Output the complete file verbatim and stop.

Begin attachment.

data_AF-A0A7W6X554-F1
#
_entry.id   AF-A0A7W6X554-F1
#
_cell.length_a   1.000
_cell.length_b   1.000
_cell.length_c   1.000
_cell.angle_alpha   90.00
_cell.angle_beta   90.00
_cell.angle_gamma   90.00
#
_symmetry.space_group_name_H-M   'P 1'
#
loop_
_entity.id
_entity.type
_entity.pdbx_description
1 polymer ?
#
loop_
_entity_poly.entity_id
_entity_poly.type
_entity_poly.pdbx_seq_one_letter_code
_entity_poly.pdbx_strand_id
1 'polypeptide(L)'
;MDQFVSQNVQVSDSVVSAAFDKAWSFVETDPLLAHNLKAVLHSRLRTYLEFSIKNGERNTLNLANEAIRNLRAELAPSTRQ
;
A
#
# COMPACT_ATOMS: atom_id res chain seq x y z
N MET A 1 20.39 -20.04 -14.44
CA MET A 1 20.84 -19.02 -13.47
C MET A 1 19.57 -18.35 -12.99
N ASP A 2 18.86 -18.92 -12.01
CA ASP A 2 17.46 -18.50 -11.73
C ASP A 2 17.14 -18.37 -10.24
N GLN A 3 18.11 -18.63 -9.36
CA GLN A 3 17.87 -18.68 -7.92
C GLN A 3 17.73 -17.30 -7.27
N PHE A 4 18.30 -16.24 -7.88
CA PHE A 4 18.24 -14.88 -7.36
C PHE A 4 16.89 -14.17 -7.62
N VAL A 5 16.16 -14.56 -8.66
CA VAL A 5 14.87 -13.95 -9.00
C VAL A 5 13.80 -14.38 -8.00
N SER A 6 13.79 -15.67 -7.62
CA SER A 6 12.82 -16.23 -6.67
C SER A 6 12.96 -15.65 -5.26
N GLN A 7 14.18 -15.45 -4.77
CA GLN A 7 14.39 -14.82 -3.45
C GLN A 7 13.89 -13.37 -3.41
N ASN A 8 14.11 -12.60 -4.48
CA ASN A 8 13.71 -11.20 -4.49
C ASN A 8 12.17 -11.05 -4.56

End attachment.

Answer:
data_AF-A0A7W6X554-F1
#
_entry.id   AF-A0A7W6X554-F1
#
_cell.length_a   1.000
_cell.length_b   1.000
_cell.length_c   1.000
_cell.angle_alpha   90.00
_cell.angle_beta   90.00
_cell.angle_gamma   90.00
#
_symmetry.space_group_name_H-M   'P 1'
#
loop_
_entity.id
_entity.type
_entity.pdbx_description
1 polymer ?
#
loop_
_entity_poly.entity_id
_entity_poly.type
_entity_poly.pdbx_seq_one_letter_code
_entity_poly.pdbx_strand_id
1 'polypeptide(L)'
;MDQFVSQNVQVSDSVVSAAFDKAWSFVETDPLLAHNLKAVLHSRLRTYLEFSIKNGERNTLNLANEAIRNLRAELAPSTRQ
;
A
#
# COMPACT_ATOMS: atom_id res chain seq x y z
N MET A 1 20.39 -20.04 -14.44
CA MET A 1 20.84 -19.02 -13.47
C MET A 1 19.57 -18.35 -12.99
N ASP A 2 18.86 -18.92 -12.01
CA ASP A 2 17.46 -18.50 -11.73
C ASP A 2 17.14 -18.37 -10.24
N GLN A 3 18.11 -18.63 -9.36
CA GLN A 3 17.87 -18.68 -7.92
C GLN A 3 17.73 -17.30 -7.27
N PHE A 4 18.30 -16.24 -7.88
CA PHE A 4 18.24 -14.88 -7.36
C PHE A 4 16.89 -14.17 -7.62
N VAL A 5 16.16 -14.56 -8.66
CA VAL A 5 14.87 -13.95 -9.00
C VAL A 5 13.80 -14.38 -8.00
N SER A 6 13.79 -15.67 -7.62
CA SER A 6 12.82 -16.23 -6.67
C SER A 6 12.96 -15.65 -5.26
N GLN A 7 14.18 -15.45 -4.77
CA GLN A 7 14.39 -14.82 -3.45
C GLN A 7 13.89 -13.37 -3.41
N ASN A 8 14.11 -12.60 -4.48
CA ASN A 8 13.71 -11.20 -4.49
C ASN A 8 12.17 -11.05 -4.56